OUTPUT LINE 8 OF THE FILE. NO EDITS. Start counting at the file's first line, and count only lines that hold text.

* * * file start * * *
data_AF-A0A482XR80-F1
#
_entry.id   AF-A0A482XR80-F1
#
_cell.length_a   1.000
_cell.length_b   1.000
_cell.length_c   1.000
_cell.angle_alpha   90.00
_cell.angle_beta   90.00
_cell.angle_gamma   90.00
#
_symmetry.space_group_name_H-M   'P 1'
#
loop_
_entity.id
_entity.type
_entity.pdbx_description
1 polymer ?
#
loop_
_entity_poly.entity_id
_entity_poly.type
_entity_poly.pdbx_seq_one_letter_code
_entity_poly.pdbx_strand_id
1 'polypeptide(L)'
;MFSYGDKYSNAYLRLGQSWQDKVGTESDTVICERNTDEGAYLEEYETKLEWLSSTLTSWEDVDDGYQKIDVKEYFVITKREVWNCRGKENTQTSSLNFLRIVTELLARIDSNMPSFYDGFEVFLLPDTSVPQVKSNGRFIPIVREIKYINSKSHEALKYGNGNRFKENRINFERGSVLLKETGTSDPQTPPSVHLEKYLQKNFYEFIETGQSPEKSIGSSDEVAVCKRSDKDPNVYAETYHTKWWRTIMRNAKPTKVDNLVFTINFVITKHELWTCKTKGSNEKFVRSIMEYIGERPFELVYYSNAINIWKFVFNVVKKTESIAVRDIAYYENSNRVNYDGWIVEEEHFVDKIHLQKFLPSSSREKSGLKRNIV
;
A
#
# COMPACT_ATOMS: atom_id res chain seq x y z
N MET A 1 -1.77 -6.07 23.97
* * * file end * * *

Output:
_cell.angle_alpha   90.00